Northern California – A Firefighter and a bulldozer operator have been killed in raging NorCal fires which have destroyed nearly 45,000 acres and countless homes, with only 3% containment.
It was the second firefighting death in California in recent weeks. Braden Varney, a bulldozer operator with Cal Fire, died fighting the Ferguson fire near Yosemite.
Today, authorities announced another firefighter was killed battling the Redding blaze.
The LA Times reports that Rick Plummer, director of marketing for Dignity Health’s Mercy Medical Center in Redding, said he left the Carr fire command post about 11 p.m. Thursday and arrived home to find a wall of flames a half-mile away and closing in. He was told to pack up and leave and spent the night sleeping on an air mattress in his office, he said. It was the first time he’s experienced an evacuation order.
Plummer said doctors, nurses, and hospital administrators worked through the night even as they got word their own homes had burned.
A second night of dry, powerful winds pushed flames over the Sacramento River into western Redding and north toward the city of Shasta Lake.
Mercy Medical Center has spent the last day preparing to evacuate, Plummer said. Five babies in the neonatal intensive care unit were taken to hospitals in Davis and Sacramento as a precaution, and strike teams of ambulances are on standby.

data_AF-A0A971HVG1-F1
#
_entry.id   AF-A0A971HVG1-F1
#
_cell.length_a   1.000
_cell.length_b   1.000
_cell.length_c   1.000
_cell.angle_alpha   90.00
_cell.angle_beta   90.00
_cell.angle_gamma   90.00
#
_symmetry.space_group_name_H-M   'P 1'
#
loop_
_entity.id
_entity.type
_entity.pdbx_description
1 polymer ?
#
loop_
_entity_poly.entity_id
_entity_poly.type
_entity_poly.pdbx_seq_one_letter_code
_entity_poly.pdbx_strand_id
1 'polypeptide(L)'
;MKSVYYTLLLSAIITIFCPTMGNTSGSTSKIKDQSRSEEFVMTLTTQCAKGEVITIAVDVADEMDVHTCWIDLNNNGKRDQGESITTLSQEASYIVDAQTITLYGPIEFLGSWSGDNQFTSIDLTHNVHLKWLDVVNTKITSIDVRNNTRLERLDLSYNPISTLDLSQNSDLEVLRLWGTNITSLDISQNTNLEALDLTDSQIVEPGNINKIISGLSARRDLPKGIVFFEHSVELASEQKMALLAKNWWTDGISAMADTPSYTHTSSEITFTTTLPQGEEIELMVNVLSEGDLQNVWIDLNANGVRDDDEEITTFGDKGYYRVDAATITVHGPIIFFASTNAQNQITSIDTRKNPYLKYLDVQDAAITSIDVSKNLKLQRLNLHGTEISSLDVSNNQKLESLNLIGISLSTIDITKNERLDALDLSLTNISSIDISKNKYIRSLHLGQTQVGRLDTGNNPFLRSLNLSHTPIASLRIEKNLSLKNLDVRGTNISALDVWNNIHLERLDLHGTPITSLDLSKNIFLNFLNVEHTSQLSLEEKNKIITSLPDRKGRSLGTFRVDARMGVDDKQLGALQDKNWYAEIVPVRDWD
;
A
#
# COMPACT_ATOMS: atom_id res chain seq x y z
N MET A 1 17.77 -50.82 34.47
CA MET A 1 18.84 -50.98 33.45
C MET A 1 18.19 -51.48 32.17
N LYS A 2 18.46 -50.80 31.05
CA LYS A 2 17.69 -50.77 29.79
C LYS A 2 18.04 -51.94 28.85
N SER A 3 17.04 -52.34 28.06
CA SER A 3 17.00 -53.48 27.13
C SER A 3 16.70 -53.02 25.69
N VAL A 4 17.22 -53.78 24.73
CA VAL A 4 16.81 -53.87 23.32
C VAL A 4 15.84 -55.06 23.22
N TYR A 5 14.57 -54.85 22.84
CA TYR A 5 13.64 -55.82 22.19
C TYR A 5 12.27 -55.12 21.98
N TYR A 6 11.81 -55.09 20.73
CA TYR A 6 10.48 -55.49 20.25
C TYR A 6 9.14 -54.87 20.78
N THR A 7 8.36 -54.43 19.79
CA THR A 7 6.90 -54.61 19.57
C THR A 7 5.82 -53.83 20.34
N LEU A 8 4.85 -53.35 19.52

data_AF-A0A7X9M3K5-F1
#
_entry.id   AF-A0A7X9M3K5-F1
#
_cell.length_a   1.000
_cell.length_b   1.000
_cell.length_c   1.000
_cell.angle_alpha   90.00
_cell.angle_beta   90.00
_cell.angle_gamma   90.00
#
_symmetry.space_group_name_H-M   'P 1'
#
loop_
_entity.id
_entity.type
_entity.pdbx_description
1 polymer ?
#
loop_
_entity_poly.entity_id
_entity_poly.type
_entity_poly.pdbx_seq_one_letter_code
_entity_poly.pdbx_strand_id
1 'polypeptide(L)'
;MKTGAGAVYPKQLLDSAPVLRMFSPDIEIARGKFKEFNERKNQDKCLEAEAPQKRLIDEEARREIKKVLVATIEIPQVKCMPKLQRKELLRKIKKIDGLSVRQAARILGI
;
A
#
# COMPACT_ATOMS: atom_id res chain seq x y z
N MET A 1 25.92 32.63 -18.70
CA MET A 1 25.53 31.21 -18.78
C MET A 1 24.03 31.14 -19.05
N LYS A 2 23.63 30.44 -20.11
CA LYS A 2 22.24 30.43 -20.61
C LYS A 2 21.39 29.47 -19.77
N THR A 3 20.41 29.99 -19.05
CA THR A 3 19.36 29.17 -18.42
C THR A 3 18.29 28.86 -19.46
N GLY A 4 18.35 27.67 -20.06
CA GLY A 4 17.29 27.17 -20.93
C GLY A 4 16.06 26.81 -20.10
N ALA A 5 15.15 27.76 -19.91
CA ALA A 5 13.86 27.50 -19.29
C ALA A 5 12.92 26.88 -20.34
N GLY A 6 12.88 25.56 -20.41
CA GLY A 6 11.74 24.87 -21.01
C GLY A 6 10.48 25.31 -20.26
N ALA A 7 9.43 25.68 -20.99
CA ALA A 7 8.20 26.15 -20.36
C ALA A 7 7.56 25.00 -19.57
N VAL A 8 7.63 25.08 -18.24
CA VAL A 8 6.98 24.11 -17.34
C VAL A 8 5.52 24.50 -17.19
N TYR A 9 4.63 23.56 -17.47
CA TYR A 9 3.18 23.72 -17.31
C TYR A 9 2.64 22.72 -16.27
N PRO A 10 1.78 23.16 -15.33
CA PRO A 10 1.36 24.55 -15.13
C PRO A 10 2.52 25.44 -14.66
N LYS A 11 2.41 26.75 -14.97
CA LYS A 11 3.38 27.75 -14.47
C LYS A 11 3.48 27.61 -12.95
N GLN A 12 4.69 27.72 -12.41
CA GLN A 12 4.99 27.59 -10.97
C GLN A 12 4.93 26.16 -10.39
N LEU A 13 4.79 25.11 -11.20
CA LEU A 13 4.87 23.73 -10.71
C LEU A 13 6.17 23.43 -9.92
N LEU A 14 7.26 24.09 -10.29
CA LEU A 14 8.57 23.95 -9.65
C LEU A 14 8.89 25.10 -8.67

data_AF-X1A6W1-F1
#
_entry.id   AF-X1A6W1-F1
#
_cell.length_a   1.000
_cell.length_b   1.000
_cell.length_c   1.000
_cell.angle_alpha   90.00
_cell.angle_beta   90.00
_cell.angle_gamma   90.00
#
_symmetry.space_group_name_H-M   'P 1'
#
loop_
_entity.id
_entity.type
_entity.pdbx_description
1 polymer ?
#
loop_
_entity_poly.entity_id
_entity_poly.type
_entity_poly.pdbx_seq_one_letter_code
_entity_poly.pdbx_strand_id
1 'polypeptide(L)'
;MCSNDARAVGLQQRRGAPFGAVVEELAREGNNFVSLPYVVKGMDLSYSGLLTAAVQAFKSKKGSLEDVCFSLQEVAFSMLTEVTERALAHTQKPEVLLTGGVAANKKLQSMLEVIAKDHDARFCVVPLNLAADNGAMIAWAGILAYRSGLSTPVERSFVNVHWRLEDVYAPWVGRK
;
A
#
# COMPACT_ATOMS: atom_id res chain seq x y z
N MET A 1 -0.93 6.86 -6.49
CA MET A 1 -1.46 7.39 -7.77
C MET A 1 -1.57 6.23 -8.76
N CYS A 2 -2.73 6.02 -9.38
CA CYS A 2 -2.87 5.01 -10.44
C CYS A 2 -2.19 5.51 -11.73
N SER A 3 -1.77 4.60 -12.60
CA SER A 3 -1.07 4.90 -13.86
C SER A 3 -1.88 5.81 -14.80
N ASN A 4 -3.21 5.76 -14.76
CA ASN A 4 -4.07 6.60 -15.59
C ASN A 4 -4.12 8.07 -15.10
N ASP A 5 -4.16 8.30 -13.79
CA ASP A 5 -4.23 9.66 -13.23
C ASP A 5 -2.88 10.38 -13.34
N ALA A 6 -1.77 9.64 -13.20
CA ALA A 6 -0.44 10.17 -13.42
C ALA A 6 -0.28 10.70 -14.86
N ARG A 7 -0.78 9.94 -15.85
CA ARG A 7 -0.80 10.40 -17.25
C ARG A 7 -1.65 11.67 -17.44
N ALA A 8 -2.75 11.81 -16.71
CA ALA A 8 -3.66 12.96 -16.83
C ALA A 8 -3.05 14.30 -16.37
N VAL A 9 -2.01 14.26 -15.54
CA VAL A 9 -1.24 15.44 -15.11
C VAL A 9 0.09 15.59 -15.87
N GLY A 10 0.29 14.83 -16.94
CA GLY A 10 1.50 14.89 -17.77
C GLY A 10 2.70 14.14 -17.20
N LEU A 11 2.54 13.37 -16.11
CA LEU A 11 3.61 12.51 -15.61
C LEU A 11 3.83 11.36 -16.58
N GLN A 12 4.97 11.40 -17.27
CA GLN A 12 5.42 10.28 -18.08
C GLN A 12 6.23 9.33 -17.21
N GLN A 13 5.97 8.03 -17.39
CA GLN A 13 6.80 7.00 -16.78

As of Friday morning, the hospital was still open and treating patients. Several civilians and firefighters were treated for burns there Thursday night, Plummer said.
A local television station, KRCR News, cut off its live coverage so anchors and other employees could evacuate the studio.
Last fall, Northern California’s wine country was hit by the most destructive fires on record, destroying thousands of homes and killing dozens of residents. In December, the Thomas fire tore through Ventura and Santa Barbara counties, becoming the largest single fire in state history.
Officials said there was little firefighters could do as the Carr fire swept into Redding amid triple-digit temperatures and strong winds.